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Harrah's Weighs Buyout Offer

The $15.1-billion bid from two private investment companies sends its stock up 14%.

October 03, 2006|Claire Hoffman | Times Staff Writer

Flush with cash, two private investment companies are placing bets on the gambling business, anteing up nearly $15.1 billion in a bid to acquire the world's largest casino company, Harrah's Entertainment Inc.

Harrah's said Monday that it had received an offer from Apollo Management and Texas Pacific Group to purchase all the company's stock for $81 a share. The deal, if accepted, would be one of the largest buyouts in history.

The Las Vegas company insisted in a statement that there was "no assurance that Harrah's will enter into this or any other transaction." It acknowledged that its board of directors had assembled a committee to review the proposal and had hired UBS Securities as a financial advisor.

The news sent Harrah's shares leaping $9.25, or 14%, to $75.68. The bid represented a 22% premium over Friday's closing price but was short of the $83.33 price that the stock fetched in May.

The proposed deal would be the latest in a spree of colossal leveraged buyouts.

Some are laying odds that the bidding isn't done yet. Apollo Management, Texas Pacific Group and Harrah's didn't return calls seeking comment.

"It's probable that the deal will get done, and that it will get done at a higher price," said David Brown, an analyst for Minneapolis-based Sit Investment Associates, which owns about 200,000 shares of Harrah's stock. "By being private, Harrah's can reinvest in their business without having to worry about what Wall Street is thinking all the time."

Hungry for higher returns than they can get in stock and bond markets, institutional investors recently have pumped tens of billions of dollars into private equity firms, providing them with the capital to use in buyouts. Private equity investors hunt for companies that generate substantial cash flow or can be broken up and sold.

The bid for Harrah's marks the largest inroad yet into the ca- sino market by private equity players. They have been reluctant in part because of the complexity involved in acquiring and keeping gaming licenses.

"A large portion of the value in this company can be attributed to future growth opportunities. They have a lot of irons in the fire," said Jake Balzer, a senior analyst with Guzman & Co. "Certainly some of those opportunities are going to fall by the wayside if private equity were to buy them out."

Harrah's vast holdings in casinos and hotels are scattered throughout the U.S., including California and Louisiana, as well as internationally. The company derives nearly 75% of its revenue from gambling and owns such casino chains as Bally's, Caesar's and its namesake chain, Harrah's.

But the company has struggled to gain a toehold in the lucrative Asian gambling market, forgoing a chance five years ago to bid for a license in booming Macao, where competitors have hit the jackpot. In May, Harrah's was beaten by Las Vegas Sands Corp. in a licensing contest to build Singapore's first casino.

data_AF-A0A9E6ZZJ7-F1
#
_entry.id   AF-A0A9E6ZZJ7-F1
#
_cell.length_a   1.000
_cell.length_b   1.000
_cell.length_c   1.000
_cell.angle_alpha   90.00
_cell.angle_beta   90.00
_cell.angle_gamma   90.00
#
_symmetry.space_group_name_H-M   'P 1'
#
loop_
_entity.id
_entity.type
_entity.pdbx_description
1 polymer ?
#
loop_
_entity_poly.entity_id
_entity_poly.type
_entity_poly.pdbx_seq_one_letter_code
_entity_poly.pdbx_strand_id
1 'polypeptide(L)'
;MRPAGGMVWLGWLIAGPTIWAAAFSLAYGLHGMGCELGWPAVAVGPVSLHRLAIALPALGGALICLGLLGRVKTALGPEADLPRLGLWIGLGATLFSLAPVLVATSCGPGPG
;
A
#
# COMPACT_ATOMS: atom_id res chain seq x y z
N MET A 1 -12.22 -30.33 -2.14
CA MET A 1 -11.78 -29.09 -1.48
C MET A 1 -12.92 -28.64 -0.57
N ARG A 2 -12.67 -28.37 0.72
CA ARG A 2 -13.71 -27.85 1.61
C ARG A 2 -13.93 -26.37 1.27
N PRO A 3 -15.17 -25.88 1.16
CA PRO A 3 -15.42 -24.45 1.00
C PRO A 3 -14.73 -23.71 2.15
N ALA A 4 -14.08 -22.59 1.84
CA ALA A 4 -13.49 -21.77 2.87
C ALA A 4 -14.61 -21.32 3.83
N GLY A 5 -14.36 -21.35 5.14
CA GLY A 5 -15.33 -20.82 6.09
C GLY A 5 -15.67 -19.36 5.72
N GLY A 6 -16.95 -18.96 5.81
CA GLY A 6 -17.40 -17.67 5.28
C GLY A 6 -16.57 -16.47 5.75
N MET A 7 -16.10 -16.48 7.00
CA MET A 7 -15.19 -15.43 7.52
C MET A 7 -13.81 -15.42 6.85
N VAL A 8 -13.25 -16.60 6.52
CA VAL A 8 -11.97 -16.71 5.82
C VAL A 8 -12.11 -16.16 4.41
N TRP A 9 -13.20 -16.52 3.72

Harrah's has made its expansion plans clear in recent months and said Monday that it had acquired the Barbary Coast Hotel and Casino on the Las Vegas Strip from Boyd Gaming Corp. The 24-acre plot is the latest piece of land Harrah's has accumulated in a continuous block of real estate on the Strip's east side, where it already owns 350 acres, along with casinos such as Paris, Bally's and the Imperial Palace.

The land grab is part of the company's expected redevelopment of the area into a major "meta-resort," said Anthony Curtis, president of, a website for visitors to the city.

"They've been strategically purchasing land in this area for years and years," said Curtis, who pointed out that vast luxury resort complexes were the latest trend in Vegas development. Harrah's rival MGM Mirage Inc. is in the midst of constructing the $7-billion City Center. Boyd is set to begin construction on its own complex next year at an estimated cost of $4 billion.

"The Barbary Coast was the final piece of the puzzle for Harrah's. I would be stunned if a change of ownership changes those plans," Curtis said.

In recent years, Harrah's has made several high-profile acquisitions, including buying rival Caesars Entertainment for $9.4 billion in cash, stock and debt in 2005, which moved it ahead of MGM Mirage. In September, Harrah's made a $531.8-million offer for London Clubs International, which would mark the company's entrance into Britain.

Harrah's reported a 22% rise in second-quarter net income to $128.6 million as revenue surged 67% to $2.37 billion after the acquisition of Caesars. The company had $10.7 billion in long-term debt as of June 30.

Rumors of the proposed buyout of Harrah's were reported in Monday's Wall Street Journal.

New York-based Apollo Management has holdings that include Borden Chemical and AMC Entertainment. Texas Pacific Group of Fort Worth has holdings that include Burger King, J. Crew Group, Continental Airlines and Metro Goldwyn Mayer.



Company at a glance


Founded: 1937, by Bill Harrah

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